Victor-Marie Hugo a French poet, novelist, essayist, playwright, and dramatist of the Romantic movement. During a literary career that spanned more than sixty years, he wrote abundantly in an exceptional variety of genres: lyrics, satires, epics, philosophical poems, epigrams, novels, history, critical essays, political speeches, funeral orations, diaries, and letters public and private, as well as dramas in verse and prose. He posited; “Even the darkest night will end and the sun will rise.” – Les Misérables
Social justice, a subcategory of justice, refers to the division of resources, opportunities, and privileges in society. Social justice perspectives emphasize the role of fairness or impartiality in how those things are divvied up. Originally a religious concept, it has come to be conceptualized more loosely as the just organization of social institutions which deliver access to the returns of economic growth, which is why it is sometimes referred to as “distributive justice”
As such, the concept of social justice first arose in the 19th century during the Industrial Revolution as attempts were made to promote more egalitarian societies and reduce the exploitation of certain marginalized groups due to the vast disparity between the rich and poor at the time. Social justice initially focused on issues such as the distribution of capital, property, and wealth due to the extreme levels of inequality and economic distress prevalent at the time, resulting from the European social class structure.
Today, social justice has shifted towards a stronger emphasis on human rights and improving the lives of disadvantaged and marginalized groups that have historically faced discrimination in society. Many of these groups have been discriminated against on the basis of factors such as sex, age, wealth, ethnicity, heritage, social status, religion, and others. Social justice often leads to efforts to redistribute wealth to some of the underprivileged groups through providing income, jobs, and education support and opportunities.
In the light of the foregoing, and the desire for the “Dawn Of A New Era” – the various profound changes that have affected the world, and particularly its geostrategic dimensions, since the end of the Cold War radically altered the nature of conflicts? More than three decades after the collapse of the Soviet Union and two decades after the destruction of the twin towers in New York, (9/11), there is an apparent degree of continuity in the resilience of former centres of unresolved conflicts and of armed groups involved in them.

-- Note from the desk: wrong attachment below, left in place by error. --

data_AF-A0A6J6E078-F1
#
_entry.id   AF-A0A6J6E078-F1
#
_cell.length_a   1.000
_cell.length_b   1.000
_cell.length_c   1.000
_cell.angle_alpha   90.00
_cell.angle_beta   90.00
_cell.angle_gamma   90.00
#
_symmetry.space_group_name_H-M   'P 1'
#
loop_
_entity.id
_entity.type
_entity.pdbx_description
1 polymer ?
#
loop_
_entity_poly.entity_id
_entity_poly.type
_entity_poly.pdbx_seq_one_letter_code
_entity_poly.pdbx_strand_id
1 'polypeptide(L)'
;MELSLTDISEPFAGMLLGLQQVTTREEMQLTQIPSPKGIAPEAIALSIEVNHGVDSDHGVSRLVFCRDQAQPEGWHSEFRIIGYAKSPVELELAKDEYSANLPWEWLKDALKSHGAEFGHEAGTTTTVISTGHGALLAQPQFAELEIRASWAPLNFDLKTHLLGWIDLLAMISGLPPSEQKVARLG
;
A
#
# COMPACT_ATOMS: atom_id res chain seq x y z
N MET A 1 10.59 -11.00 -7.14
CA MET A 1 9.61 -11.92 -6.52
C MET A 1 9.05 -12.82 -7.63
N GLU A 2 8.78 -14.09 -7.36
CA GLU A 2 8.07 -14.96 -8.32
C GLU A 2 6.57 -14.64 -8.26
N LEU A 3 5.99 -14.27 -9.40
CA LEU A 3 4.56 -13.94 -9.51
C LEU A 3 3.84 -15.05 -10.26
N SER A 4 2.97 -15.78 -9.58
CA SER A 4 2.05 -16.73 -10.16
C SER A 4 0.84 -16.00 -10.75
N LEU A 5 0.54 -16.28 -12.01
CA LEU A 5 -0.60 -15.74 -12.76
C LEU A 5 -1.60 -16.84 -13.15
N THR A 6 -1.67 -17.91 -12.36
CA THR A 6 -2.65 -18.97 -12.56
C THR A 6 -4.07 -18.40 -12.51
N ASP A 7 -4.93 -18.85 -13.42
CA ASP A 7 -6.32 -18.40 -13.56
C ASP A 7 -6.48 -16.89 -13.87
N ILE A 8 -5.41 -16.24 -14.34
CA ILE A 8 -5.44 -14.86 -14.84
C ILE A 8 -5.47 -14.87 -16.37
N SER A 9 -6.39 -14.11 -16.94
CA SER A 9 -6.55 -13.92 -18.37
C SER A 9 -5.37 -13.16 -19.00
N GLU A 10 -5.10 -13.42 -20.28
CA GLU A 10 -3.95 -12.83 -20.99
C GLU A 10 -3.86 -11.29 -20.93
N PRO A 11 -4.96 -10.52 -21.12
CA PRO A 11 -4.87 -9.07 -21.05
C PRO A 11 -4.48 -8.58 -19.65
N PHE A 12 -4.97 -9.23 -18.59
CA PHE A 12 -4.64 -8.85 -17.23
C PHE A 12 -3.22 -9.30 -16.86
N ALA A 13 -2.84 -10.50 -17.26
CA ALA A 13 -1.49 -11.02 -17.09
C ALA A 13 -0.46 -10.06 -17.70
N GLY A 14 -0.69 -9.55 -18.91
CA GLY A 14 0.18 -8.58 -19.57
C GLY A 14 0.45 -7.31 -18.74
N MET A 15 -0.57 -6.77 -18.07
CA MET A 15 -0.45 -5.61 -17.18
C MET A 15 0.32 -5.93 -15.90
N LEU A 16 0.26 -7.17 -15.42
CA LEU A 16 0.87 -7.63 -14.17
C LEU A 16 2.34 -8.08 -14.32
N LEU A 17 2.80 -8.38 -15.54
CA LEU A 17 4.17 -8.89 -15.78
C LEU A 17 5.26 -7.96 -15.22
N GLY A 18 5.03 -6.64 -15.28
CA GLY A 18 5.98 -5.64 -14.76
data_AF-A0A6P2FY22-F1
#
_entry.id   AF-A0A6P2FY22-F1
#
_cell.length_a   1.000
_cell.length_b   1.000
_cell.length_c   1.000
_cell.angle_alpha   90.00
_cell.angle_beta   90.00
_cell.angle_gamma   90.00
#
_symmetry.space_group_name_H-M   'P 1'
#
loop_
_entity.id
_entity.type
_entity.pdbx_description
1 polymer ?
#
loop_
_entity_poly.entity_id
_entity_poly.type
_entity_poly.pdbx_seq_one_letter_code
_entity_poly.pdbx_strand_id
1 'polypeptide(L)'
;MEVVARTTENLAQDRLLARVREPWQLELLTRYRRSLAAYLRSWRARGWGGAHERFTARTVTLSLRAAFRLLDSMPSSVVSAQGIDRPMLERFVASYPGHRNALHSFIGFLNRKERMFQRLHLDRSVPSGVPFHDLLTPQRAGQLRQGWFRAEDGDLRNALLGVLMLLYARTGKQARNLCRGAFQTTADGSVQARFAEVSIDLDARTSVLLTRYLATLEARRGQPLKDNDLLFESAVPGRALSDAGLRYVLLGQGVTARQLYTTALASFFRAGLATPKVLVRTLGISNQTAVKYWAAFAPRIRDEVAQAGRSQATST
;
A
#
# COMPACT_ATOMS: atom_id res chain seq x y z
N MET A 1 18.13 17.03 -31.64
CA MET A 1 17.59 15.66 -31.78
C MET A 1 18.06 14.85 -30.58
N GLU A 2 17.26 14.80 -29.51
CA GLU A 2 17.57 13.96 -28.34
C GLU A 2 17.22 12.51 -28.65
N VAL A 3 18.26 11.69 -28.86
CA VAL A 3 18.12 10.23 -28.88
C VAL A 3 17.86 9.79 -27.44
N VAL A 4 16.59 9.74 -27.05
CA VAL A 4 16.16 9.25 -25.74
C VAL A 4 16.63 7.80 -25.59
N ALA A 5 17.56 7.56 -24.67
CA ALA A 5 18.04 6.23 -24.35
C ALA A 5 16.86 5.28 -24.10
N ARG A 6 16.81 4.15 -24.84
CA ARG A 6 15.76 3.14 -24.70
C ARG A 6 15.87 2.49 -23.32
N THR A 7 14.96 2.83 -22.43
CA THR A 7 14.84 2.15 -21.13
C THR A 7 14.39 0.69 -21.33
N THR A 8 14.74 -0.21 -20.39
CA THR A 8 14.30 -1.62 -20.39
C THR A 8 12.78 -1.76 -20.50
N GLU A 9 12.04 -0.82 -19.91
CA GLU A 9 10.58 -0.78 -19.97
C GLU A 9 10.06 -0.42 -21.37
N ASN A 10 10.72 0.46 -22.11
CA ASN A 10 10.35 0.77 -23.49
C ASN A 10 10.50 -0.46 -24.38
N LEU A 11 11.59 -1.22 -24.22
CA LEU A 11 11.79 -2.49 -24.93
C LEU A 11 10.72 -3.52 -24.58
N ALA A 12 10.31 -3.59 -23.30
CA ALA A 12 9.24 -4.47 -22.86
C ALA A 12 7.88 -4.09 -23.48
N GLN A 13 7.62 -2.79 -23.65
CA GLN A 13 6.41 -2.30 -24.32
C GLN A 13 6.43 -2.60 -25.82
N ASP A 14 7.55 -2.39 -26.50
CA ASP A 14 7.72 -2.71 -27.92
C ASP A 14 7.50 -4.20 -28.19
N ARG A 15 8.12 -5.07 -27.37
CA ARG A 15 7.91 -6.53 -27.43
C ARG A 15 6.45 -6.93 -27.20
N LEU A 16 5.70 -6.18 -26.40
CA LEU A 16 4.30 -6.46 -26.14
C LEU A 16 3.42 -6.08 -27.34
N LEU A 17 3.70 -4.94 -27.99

Nonetheless, whereas most armed conflicts can today be classified as ‘intrastate’, the general context has changed to the extent that reference is now made to the phenomenon of ‘new wars’. Increasingly inacceptable economic and political imbalances along with globalization, environmental damage and its consequences or the emergence of large-scale conflicts triggered by organized crime are some of the perils already affecting the nature of today’s conflicts or potentially defining those of the future.
As the period dominated by jihadist groups with a universalist vocation possibly draws to an end, the current trend seems to be towards a new generation of guerrilla fighters who stand to benefit, in particular, from the erosion of the nation-state and from geopolitical convulsions arising from the post-colonial legacy as the starting point for intensely zealous and violent long-term ventures. The impact of globalization could cause a flare-up of some existing conflicts that are currently limited in scope while the international community struggles to redefine other rules and to adapt them to the new dialectic of war and peace.
We’ve heard it said and it proves to be true: the unexamined life is not worth living. If we flow through life without evaluating who we are, what we believe and stand for, we have not really lived. Deep down, we all desire to take a stand and live according to a consistent set of beliefs. This requires the boldness to go beyond the surface and into our very soul! Without this boldness we may give the appearance of living, and may even fool ourselves for the number of years, but there will always be an emptiness until we look deep within and deal with what we find.
As we reflect on the fundamental of existence and the importance of how to approach life, we cannot ignore the desperate needs around us, we must make ourselves available to the vulnerable, we must look beyond personalities and identities which may be affected by prejudice, and identify the fundamental causes of the challenges that we confront. Prejudice towards individuals and group can be countered by pragmatism as we work together to solve the challenges of our great Nations in the continents. Ultimately, it is by our resolve and actions toward the amicable resolution of the challenges determine our legacy.
Simply put, when insight meet with capacity, and preparedness the result is going to be unimaginable success. In your deepest struggle lies your greatest strength. Your wounds can become your wisdom. You can turn pain into medicine. You can feel the light sneak through the cracks in your armor. Stay awhile longer and hope. The future listens to HOPE. It is time to rebuild our beloved country Nigeria.
ARISE ‘O COMPATRIOTS.
Richard Odusanya is a Social Reform Crusader and the convener of AFRICA COVENANT RESCUE INITIATIVE ACRI.